Sound — 9
To describe the sound of this album is an extremely difficult task. It contains a variety of styles, from indie anthems (Buzzards And Crows, Chinese Dogs) to acoustic ballads (Faultlines, Come Closer). But overall, musically, the album is extremely impressive, and although Carlos Barat is definitely writing more mainstream music compared to ex-Libertines band-mate Peter Doherty, there are still some Libertines-style tracks in there such as Tired Of England which brings memories of Pete and Carl's dream of 'Albion'.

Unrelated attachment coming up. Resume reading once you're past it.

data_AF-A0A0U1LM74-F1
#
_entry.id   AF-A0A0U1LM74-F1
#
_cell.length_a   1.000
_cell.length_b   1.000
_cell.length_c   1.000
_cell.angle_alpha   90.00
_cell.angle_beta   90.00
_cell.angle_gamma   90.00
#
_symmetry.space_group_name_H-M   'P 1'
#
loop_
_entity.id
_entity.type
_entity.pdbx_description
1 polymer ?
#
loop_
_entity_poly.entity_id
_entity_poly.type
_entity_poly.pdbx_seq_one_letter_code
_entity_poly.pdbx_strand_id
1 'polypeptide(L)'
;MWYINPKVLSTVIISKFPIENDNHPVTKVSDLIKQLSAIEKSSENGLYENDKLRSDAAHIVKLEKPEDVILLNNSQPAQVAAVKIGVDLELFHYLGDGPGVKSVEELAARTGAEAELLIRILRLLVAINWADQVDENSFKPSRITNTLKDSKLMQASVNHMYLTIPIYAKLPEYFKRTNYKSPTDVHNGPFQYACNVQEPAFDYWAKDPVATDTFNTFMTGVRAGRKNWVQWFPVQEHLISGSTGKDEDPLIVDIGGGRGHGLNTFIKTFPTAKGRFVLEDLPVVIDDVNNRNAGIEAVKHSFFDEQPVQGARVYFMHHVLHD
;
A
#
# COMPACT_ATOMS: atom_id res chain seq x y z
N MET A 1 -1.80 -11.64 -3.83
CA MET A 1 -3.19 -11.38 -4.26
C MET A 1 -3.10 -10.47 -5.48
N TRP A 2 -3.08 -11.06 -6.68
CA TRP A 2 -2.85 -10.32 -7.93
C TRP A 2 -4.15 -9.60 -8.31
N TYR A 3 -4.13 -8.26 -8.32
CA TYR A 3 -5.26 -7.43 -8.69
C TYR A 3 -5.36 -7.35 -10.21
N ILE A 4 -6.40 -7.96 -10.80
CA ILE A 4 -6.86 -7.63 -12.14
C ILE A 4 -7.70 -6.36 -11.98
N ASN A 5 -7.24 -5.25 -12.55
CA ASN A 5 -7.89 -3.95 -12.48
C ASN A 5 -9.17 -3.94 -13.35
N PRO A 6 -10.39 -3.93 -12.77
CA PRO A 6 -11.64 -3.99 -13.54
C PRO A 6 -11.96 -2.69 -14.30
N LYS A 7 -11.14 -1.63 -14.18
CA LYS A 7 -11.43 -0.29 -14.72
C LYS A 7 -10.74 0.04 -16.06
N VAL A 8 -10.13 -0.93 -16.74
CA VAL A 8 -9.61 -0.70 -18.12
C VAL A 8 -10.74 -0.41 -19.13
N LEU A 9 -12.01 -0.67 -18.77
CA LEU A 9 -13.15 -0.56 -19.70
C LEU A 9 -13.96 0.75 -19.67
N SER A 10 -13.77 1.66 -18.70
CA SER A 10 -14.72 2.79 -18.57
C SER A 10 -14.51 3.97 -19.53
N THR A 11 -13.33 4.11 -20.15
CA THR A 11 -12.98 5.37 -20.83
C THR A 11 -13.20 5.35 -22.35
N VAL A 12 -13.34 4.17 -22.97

Lyrics — 9
Though Pete was known as the more lyrical of the Libertines partnership, though the vocals on this album are very strong indeed. Some of the best ones are Hippy's Son, about Carlos' childhood with hippy parents (I am a hippy's son, I'm into porn and guns) and Tired Of England, a Libertine-esque song about the great nation of England (How can they be tired of England? They'll never know the England that we know.) All sung by Carl's unique voice, with appearances from Didz and Anthony.
Overall Impression — 9
I think that is one of the strongest albums of the year, which provides further evidence that The Libertines' success was not entirely down to the (controversial) genius which is Peter Doherty. I think this album is an essential part of the music collection of anyone who likes The Libertines, or who enjoy the UK indie scene at the moment.